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S.A.N.S. 308: A Christmas Medley

The term melody if a sequence of single notes that is musically satisfying. However, as spontaneous worship montages have grown in popularity throughout churches across the country, it’s not uncommon for musicians to blend the end of one song with the start of another. This is what the Red Rock Worship team has accomplished in their featured selection: A Christmas Medley. A medley is the most common form of overture for musical theatre productions.

And listen! You will become pregnant and will give birth to a Son, and you shall call His name Jesus. 32 He will be great (eminent) and will be called the Son of the Most High; and the Lord God will give to Him the throne of His forefather David, Luke 1:31-32.

When I was younger, my musical tastes were secular in nature, always standing up for my favorite bands of the 1980’s like Boston, the Cars, the Police and U2. However, my college roommate Mike opened my mind to worship music. While most students at Delaware were out partying, Mike and I sat out in lawn chairs in our front yard Friday night listening to Christian music and talking. May listening to A Christmas Medley get your soul ready to worship Emmanuel, God with Us.

by Jay Mankus

When You Feel Like You Can’t Hold On Any Longer

Over the course of my life, music has gotten me through several difficult moments.  While in college, I developed an unhealthy pattern of drawing close to the Lord during the school year, then falling away over the summer.  On any given day, I listened to a few hours of music.  Whether I was running, studying or working out, the beat, lyrics and sound motivated me to press on.  One of the songs that touched my soul in college was Hold On by Wilson Phillips.  The following stanza helped me overcome the stress of college: “Don’t you know things can change. Things’ll go your way. If you hold on for one more day. Can you hold on for one more day. Things’ll go your way. Hold on for one more day.”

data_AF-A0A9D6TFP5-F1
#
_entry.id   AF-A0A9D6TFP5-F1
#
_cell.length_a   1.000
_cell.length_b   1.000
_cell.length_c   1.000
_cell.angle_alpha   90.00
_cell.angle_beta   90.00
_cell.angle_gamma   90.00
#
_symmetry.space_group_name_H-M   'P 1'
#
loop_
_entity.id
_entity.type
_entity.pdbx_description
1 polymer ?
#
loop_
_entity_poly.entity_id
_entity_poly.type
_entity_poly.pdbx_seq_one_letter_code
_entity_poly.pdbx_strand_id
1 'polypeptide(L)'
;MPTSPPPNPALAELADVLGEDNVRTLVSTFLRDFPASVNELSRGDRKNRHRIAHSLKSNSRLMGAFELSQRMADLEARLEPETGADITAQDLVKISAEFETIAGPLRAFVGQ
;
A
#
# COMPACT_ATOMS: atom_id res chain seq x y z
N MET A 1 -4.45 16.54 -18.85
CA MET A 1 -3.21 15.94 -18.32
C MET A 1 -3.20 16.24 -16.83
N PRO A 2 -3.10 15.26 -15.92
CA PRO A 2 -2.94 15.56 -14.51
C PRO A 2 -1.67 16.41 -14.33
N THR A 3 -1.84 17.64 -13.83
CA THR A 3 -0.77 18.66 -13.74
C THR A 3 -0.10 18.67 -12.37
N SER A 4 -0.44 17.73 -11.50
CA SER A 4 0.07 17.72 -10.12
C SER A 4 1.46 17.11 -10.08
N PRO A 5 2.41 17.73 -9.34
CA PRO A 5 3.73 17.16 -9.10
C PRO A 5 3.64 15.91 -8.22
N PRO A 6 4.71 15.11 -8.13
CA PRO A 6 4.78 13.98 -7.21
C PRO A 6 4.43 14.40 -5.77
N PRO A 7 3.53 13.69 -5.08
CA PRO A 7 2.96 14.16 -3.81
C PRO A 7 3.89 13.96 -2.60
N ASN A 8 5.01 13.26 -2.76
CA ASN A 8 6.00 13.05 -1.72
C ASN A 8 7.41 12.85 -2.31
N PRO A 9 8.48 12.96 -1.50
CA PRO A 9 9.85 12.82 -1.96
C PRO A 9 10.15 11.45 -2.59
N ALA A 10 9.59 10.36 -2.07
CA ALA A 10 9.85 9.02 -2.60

So be subject to God. Resist the devil [stand firm against him], and he will flee from you. Come close to God and He will come close to you. [Recognize that you are] sinners, get your soiled hands clean; [realize that you have been disloyal] wavering individuals with divided interests, and purify your hearts [of your spiritual adultery], James 4:7-8.

When I became a high school Bible teacher I tried to incorporate music into my classes and lesson plans.  Unfortunately, most of my music was archaic, out of date and wasn’t appealing to my students.  After swallowing my pride, I began to search for modern artists that my students could relate to.  One of my former students Evan introduced me to the group Stellar Kart.  Although I didn’t have much disposable income back then, I searched the Sonshine House for discounted music.  After losing my teaching job, I spent a month struggling to find a new one.  The song that got me through this ordeal was Hold on to Jesus by Stellar Kart.  While walking through un-charted territories, the Lord used this song to help me persevere.

But test and prove all things [until you can recognize] what is good; [to that] hold fast. 22 Abstain from evil [shrink from it and keep aloof from it] in whatever form or whatever kind it may be, 1 Thessalonians 5:21-22.

Since the Coronavirus shut down professional sports in March, I have increased my time listening to music.  During the week, I spend 5 hours a day minimum, listening to Christian music.  Although I still struggle to find artists, groups and songs with a specific message and style, there is one song that gotten me through these months of social distancing.  While listening to You Tube one night, I came across a spontaneous worship montage.  Kari Jobe has a 19 minute video starting with Speak to Me before moving into the songs Defender and Closer.  This worship medley has become a daily prayer for me, another way of Holding on to Jesus as the world tries to makes sense of COVID-19.  May these songs touch you like they have inspired me to hold on when you feel like you can’t hold on any longer.

by Jay Mankus

 

 
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